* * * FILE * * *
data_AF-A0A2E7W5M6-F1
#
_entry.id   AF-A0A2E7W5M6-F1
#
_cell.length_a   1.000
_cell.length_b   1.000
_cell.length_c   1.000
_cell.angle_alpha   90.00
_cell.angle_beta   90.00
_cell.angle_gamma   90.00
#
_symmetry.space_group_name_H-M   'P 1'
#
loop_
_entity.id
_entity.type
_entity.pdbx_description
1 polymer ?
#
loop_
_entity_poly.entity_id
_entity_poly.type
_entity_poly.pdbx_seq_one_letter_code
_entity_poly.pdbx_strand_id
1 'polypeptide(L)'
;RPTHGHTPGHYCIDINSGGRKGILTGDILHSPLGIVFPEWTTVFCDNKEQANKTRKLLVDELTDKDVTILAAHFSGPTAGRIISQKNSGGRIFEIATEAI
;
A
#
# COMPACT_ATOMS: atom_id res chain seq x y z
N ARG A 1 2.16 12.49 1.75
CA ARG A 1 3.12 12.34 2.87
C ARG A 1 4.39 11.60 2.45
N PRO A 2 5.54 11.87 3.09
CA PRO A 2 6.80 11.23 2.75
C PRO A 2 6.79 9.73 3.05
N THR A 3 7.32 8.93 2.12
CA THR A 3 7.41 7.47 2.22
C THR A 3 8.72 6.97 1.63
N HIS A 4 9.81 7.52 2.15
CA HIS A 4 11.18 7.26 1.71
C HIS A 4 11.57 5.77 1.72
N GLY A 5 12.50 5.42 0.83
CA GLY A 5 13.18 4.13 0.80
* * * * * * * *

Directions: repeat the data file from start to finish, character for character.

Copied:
data_AF-A0A2E7W5M6-F1
#
_entry.id   AF-A0A2E7W5M6-F1
#
_cell.length_a   1.000
_cell.length_b   1.000
_cell.length_c   1.000
_cell.angle_alpha   90.00
_cell.angle_beta   90.00
_cell.angle_gamma   90.00
#
_symmetry.space_group_name_H-M   'P 1'
#
loop_
_entity.id
_entity.type
_entity.pdbx_description
1 polymer ?
#
loop_
_entity_poly.entity_id
_entity_poly.type
_entity_poly.pdbx_seq_one_letter_code
_entity_poly.pdbx_strand_id
1 'polypeptide(L)'
;RPTHGHTPGHYCIDINSGGRKGILTGDILHSPLGIVFPEWTTVFCDNKEQANKTRKLLVDELTDKDVTILAAHFSGPTAGRIISQKNSGGRIFEIATEAI
;
A
#
# COMPACT_ATOMS: atom_id res chain seq x y z
N ARG A 1 2.16 12.49 1.75
CA ARG A 1 3.12 12.34 2.87
C ARG A 1 4.39 11.60 2.45
N PRO A 2 5.54 11.87 3.09
CA PRO A 2 6.80 11.23 2.75
C PRO A 2 6.79 9.73 3.05
N THR A 3 7.32 8.93 2.12
CA THR A 3 7.41 7.47 2.22
C THR A 3 8.72 6.97 1.63
N HIS A 4 9.81 7.52 2.15
CA HIS A 4 11.18 7.26 1.71
C HIS A 4 11.57 5.77 1.72
N GLY A 5 12.50 5.42 0.83
CA GLY A 5 13.18 4.13 0.80